Use this URL to cite or link to this record in EThOS: https://ethos.bl.uk/OrderDetails.do?uin=uk.bl.ethos.803110
Title: The dangers of modern anaesthetics
Author: Brown, A. K.
Awarding Body: University of Glasgow
Current Institution: University of Glasgow
Date of Award: 1950
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Abstract:
The improvement in the preparation of the patient before operation with a view to restoring his general condition to normal, the use of less toxic anaesthetic drugs requiring more complex techniques and apparatus, and the development of post-operative care have been described. The alteration in the position of the anaesthetist in the surgical team and in his work has been discussed. The reasons for the investigation and a description of the manner in which it has been carried out have been given. A brief history of anaesthesia during the past fifty years shows such an increase in the scope of the subject that it now justifies the title of specialty. Great interest has been taken in the relief of the pain of labour, culminating, on the one hand, in a simple analgesic apparatus for use by midwives, and, on the other, the highly specialised continuous caudal analgesia for hospital use only. The use of anaesthesia in diagnosis and therapeutics has increased. Anaesthetic apparatus has become more complicated, more efficient, and with the advent of the closed circuit technique, less wasteful. New anaesthetic drugs have been discovered, some for inhalation anaesthesia, others for local and spinal analgesia, and for the first time, an efficient means of producing anaesthesia by intravenous injection. The techniques employed have become more complicated. Endotracheal anaesthesia has become firmly established in everyday use. The advent of curare has resulted in a decrease in the use of regional and spinal analgesia, the employment of which had been increasing up to that time. Statistics associated with anaesthesia have shown that there has been no apparent improvement in the results of anaesthesia during this century. The third section of the thesis has been concerned with the specific dangers of modern anaesthetics. The tendency has been to make anaesthesia more pleasant for the patient, but the use of the new agents and techniques has brought new complications and increased liability to others. The use of cyclopropane, with its depression of respiration, carbon dioxide retention, and blood pressure maintenance, has been associated with difficulty in estimating the condition of the patient under its influence. It has been shovwn to upset, in some cases gravely, the automaticity of the heart. The pleasant and time-saving induction of anaesthesia by the intravenous infection of thiopentone has been counteracted by the difficulty of estimating the dose of this drug so fatally easy to administer, especially to the patient with hypertension and arteriosclerosis, due to its aggravation of any pre-existing anoxia and rendering hyperactive the laryngeal and tracheal reflexes. The perfect relaxation of spinal analgesia has been shown to be obtained at the cost of terrible results if any fault be present in the aseptic technique of the anaesthetist. Palsies affecting the cranial and lumbo-sacral spinal nerves have been shown to occur following spinal analgesia with no apparent reason for doing so. Alterations in the composition of the cerebro-spinal fluid, and pathological changes in the meninges and spinal cord indicated that the injection of the analgesic drug was not to be undertaken needlessly, and trauma to the spinal column that lumbar puncture was not free from risk. The paralysis of the peripheral circulatory system in the area of analgesia was shown to have a profound effect on the blood pressure which in turn was influenced by the paresis of the muscles of respiration. The combined effect was shown to increase the danger from haemorrhage, especially in the operation of Caesarian Section.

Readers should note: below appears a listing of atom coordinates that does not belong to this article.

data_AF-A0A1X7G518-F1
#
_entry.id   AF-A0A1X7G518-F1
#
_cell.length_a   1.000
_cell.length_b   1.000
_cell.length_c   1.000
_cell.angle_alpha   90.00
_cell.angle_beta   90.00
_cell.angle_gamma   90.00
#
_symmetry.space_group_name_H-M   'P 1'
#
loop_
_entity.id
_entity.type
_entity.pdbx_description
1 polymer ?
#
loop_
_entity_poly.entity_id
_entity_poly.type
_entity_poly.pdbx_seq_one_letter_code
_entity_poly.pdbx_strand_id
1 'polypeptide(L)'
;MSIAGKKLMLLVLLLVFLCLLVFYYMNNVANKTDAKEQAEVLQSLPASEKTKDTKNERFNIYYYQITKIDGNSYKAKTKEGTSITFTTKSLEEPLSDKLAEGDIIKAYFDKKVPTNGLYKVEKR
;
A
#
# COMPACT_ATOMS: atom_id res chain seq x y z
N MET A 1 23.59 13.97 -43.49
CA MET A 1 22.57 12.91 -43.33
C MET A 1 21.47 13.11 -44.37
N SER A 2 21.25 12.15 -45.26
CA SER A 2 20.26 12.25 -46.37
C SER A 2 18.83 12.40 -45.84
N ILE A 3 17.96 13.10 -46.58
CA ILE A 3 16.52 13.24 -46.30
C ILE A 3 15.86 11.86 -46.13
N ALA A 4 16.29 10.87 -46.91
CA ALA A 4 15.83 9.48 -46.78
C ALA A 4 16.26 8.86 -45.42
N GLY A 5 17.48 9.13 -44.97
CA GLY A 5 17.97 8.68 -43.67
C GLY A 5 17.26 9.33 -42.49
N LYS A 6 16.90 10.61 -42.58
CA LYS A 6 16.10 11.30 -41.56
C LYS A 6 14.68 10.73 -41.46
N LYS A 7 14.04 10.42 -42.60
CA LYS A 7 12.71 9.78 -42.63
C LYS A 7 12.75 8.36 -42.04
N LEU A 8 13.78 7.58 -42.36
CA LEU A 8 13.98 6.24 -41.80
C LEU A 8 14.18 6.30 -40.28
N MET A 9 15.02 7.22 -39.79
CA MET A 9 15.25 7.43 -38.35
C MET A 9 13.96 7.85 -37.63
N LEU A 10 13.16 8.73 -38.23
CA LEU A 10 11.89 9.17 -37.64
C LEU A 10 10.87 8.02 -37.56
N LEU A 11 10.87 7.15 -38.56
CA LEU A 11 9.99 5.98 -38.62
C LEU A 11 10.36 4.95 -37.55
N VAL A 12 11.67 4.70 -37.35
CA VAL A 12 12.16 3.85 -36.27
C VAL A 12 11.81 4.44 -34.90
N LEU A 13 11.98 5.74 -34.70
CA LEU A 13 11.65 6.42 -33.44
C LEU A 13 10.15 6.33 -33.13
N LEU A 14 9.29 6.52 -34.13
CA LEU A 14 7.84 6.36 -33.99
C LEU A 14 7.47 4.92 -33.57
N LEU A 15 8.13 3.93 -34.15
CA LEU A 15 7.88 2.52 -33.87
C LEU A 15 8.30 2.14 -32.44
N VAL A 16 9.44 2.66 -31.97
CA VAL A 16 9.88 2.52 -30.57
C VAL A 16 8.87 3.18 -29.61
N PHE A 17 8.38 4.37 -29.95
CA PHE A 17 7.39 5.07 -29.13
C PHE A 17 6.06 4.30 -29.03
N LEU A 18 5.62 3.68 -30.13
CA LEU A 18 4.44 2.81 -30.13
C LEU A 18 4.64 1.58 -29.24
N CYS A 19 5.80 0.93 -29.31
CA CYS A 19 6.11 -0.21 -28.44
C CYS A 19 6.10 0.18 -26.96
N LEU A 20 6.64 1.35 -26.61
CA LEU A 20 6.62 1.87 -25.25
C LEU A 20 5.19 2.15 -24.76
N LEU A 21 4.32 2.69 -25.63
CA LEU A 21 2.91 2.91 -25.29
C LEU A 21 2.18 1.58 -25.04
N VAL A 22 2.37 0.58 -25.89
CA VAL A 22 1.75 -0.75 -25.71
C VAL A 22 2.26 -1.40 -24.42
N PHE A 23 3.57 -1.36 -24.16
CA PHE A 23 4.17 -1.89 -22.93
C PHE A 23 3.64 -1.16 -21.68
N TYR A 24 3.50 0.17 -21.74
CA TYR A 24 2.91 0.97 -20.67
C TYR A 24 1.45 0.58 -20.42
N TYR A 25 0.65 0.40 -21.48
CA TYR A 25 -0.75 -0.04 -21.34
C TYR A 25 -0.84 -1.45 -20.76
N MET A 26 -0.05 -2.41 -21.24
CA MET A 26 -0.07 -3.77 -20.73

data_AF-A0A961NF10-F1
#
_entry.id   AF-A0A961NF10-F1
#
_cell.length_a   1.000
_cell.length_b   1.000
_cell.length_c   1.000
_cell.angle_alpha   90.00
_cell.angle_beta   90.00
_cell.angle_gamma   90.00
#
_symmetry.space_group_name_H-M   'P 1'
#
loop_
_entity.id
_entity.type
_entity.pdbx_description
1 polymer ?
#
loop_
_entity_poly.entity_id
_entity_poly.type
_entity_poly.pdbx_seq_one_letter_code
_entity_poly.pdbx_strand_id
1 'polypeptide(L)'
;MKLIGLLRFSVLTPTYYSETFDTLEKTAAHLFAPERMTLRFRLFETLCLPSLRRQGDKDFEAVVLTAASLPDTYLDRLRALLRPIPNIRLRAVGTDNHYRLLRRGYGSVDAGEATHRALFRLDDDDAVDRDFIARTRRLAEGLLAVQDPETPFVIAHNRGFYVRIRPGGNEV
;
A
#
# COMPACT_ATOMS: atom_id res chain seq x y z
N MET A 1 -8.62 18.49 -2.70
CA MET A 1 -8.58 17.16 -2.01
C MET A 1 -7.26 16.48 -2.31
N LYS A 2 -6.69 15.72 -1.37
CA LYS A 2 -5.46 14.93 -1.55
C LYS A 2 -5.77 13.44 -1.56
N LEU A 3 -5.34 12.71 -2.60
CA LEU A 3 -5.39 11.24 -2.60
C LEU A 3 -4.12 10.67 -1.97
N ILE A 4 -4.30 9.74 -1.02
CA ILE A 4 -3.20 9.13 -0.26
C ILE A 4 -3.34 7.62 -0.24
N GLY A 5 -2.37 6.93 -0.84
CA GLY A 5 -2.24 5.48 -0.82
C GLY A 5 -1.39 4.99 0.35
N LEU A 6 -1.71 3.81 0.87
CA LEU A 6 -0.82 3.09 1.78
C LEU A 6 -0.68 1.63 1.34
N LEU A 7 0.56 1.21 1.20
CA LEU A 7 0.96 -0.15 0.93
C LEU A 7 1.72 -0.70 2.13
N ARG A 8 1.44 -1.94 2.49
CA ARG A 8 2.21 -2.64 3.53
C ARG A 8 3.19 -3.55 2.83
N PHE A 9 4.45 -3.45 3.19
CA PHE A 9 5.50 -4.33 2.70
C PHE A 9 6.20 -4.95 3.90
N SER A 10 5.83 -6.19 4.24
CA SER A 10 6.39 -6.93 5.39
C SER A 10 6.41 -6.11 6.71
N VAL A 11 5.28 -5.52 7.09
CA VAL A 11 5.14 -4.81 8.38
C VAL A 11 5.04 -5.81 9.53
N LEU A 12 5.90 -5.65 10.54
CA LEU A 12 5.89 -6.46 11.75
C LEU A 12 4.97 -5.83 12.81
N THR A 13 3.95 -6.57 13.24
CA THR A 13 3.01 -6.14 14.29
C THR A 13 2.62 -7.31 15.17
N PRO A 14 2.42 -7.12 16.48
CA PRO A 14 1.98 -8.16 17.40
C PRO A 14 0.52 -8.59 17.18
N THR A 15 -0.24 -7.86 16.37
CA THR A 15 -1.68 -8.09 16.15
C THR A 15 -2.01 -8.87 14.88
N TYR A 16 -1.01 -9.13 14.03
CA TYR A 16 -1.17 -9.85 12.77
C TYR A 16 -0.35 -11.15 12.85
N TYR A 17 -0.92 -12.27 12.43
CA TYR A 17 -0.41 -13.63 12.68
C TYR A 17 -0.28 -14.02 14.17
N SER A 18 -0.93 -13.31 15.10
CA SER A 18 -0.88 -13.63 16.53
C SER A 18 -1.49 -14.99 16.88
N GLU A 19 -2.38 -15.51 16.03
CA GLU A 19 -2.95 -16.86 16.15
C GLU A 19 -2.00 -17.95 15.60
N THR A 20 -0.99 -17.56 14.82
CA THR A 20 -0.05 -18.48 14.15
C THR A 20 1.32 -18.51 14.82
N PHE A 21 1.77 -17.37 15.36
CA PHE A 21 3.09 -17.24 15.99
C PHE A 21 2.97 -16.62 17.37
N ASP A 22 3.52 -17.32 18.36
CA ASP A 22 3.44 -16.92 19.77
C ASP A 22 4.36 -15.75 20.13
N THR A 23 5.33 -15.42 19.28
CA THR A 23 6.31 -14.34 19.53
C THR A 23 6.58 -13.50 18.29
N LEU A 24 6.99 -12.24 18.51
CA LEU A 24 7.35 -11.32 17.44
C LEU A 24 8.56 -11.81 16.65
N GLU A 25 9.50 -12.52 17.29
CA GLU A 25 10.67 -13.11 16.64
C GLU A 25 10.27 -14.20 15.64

Supervisor: Not available Sponsor: Not available
Qualification Name: Thesis (Ph.D.) Qualification Level: Doctoral
EThOS ID: uk.bl.ethos.803110  DOI: Not available
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